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Discussion Starter · #1 ·
any ideas what I would get if I bred my grey X everglades rat with my grey X yellow. obviously I would get 1/2 grey, 1/4 everglades, 1/4 yellow, but would it turn out anything interesting looking or just mixed up mutts?
 

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No idea what it might look like.... any chance of photos of the potential parents?

Probably blotchy brown snake, maybe with some lateral striping depending on how much effect the Everglades had on it.

Is there some specific goal you had in mind for a domesticated snake that this particular set of hybrids would achieve?

I can imagine, personally, trying to breed, say, a large-bodied enthusiastic feeder, generally grey in colour with the stripe pattern of a striped corn; this could be achieved by carefully selecting and crossing grey rats with striped anerythristic corns, keeping the likliest Grey Rat X Corn hybrid offspring and breeding them with the intent of getting something the size of a grey rat but the colour of a corn...
 

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Discussion Starter · #3 ·
I don't realy have a specific goal no, I was just thinking about the potential breeding pairs I have, or could get, and thought it might prove interesting. also, would it actuly be classed as a hybrid, as the snakes are still the same species, just diferent sub species?
these are the two snakes:

everglades X (female)



Yellow X (male)

 

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Insofar as it goes, I know they're different subspecies of P. obsoleta - but I'd still call that (and your two original animals) a hybrid. You'd be hardpressed to find a snake of that exact lineage in the wild :)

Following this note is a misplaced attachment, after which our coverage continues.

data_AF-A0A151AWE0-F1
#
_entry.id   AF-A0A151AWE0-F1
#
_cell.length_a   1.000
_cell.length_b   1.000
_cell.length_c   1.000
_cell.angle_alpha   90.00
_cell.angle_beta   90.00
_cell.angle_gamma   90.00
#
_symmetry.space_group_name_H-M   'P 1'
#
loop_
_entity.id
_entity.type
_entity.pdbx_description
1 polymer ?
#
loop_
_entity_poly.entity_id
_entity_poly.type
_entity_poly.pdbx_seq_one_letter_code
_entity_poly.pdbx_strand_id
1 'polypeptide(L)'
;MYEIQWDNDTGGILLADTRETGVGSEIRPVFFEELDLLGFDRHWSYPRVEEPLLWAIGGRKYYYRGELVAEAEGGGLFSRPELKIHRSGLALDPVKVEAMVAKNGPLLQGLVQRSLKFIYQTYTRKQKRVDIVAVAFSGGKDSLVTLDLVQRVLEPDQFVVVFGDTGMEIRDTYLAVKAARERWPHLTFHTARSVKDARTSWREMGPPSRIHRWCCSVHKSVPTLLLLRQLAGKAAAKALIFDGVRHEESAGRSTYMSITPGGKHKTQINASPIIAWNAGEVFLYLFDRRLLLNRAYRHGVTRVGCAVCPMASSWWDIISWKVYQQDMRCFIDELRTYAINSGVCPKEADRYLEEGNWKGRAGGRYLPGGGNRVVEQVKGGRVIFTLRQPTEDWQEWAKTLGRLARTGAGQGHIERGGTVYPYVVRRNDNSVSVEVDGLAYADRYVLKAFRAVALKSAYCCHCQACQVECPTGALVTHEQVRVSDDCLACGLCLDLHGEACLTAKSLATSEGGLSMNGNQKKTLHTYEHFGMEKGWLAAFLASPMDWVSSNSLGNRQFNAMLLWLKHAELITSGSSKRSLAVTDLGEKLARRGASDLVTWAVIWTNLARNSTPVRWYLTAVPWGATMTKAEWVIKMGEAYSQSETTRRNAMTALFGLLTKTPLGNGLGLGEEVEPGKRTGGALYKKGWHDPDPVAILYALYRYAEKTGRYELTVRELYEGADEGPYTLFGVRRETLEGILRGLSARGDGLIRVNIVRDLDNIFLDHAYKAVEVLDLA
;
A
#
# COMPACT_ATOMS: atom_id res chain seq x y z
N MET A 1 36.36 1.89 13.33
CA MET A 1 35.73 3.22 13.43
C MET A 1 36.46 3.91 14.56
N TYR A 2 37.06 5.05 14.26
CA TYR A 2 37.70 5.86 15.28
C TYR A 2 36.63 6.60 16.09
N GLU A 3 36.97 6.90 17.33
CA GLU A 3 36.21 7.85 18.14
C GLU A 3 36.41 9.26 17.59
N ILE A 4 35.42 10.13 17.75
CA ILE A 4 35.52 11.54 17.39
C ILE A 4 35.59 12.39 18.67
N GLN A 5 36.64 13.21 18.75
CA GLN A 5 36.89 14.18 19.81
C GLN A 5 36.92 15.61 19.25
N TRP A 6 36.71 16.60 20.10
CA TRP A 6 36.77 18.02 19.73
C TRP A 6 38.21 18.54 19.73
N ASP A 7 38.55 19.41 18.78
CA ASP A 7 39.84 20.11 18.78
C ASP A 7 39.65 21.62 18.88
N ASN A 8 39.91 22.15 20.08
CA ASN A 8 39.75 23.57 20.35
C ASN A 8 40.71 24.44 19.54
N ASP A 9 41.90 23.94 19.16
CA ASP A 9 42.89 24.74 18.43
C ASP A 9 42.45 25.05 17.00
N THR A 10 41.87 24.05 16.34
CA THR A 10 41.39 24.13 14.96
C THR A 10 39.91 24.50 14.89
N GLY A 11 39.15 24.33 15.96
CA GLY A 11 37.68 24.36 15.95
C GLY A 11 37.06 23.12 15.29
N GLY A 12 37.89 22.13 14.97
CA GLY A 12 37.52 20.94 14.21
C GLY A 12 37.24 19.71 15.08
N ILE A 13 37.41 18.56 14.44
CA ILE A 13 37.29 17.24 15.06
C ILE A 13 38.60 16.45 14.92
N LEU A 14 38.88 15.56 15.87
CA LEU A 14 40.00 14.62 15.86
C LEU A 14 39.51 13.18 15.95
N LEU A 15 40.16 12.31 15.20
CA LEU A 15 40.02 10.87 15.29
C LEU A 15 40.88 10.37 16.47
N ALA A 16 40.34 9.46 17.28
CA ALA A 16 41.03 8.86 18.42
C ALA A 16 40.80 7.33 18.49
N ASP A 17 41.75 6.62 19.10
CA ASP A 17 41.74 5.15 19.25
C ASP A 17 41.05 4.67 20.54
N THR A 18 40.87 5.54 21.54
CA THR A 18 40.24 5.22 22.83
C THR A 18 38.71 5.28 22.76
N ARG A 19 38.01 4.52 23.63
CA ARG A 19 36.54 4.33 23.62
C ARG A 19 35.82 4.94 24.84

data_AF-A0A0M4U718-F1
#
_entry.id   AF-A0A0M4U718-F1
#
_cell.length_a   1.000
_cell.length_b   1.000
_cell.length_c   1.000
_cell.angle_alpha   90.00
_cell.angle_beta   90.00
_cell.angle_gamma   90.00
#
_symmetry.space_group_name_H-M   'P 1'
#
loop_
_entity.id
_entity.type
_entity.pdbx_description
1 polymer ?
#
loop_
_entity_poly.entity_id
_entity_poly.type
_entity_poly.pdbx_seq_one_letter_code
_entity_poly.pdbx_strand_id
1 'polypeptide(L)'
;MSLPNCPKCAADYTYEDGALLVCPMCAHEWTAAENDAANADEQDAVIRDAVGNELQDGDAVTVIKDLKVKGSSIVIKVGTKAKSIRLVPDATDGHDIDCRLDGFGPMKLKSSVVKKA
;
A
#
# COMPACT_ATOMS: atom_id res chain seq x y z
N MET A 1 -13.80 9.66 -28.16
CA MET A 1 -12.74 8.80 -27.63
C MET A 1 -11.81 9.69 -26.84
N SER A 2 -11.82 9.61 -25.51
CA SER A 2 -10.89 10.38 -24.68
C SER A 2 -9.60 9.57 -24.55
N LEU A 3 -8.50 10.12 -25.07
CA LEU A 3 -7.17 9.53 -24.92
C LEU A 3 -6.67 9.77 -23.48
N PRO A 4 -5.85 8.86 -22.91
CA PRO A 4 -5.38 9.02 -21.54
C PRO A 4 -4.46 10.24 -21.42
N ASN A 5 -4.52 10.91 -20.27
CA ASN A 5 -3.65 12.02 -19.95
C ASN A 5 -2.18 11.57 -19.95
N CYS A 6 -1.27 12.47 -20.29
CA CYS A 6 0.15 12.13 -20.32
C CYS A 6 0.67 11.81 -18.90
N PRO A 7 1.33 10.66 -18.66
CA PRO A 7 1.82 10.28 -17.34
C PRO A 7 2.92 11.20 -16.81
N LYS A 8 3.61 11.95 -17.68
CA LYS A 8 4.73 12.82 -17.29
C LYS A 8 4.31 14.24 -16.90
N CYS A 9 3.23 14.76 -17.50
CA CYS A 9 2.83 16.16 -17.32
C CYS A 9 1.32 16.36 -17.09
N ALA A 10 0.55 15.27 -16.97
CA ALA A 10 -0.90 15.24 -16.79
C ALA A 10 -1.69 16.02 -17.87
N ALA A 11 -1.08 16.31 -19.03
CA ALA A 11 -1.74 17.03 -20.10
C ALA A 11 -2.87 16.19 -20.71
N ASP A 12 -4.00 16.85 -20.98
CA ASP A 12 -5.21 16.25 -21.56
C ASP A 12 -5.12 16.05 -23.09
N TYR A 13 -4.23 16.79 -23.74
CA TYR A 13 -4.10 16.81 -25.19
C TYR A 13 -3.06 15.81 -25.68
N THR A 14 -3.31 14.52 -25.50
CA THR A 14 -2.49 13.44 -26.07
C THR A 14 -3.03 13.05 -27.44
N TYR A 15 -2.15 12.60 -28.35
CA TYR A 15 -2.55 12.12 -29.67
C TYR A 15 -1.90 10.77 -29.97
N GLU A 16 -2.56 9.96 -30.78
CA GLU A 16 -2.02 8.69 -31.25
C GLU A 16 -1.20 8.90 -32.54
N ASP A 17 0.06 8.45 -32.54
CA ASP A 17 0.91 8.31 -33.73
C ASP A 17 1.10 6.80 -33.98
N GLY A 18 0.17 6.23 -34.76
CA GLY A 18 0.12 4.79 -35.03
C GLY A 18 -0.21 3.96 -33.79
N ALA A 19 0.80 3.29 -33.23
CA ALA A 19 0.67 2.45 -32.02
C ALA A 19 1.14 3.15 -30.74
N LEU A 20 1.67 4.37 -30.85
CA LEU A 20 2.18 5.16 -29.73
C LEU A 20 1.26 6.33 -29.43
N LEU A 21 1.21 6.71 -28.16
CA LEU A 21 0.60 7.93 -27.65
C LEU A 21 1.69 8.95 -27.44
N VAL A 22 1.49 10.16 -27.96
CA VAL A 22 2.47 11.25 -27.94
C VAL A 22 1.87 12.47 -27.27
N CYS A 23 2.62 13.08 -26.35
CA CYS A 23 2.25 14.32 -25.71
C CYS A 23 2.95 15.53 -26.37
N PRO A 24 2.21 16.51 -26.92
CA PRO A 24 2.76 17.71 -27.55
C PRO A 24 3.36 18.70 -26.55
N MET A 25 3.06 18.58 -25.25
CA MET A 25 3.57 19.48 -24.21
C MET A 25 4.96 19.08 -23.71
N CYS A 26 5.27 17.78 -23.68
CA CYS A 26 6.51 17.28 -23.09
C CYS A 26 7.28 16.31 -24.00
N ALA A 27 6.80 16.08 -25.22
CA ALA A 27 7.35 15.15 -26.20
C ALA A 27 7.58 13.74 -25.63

And yeah, looking at the two snakes, I think I'd stand by my initial impression... you'd probably get:

Brown North American Rat Snakes.

That said, I'd be interested to know what the offspring DID look like - and how readily they ate compared to, say, corn hatchlings. That Grey/Yellow hybrid is actually a very pretty animal - I like the proportioning of his head to his body.

That's something *I* would breed for :)
 

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Actually there are probably a few more of them in the wild than you would think. Yellow rats took over Everglades territory some thirty odd years ago due to man changing the environment to serve his purpose and now you would be hard pressed to find a "true" Everglades ratsnake. And seeing as the Greys and the Yellows share some of the same territory I am pretty sure they would naturally breed together sometimes.
Steve
 
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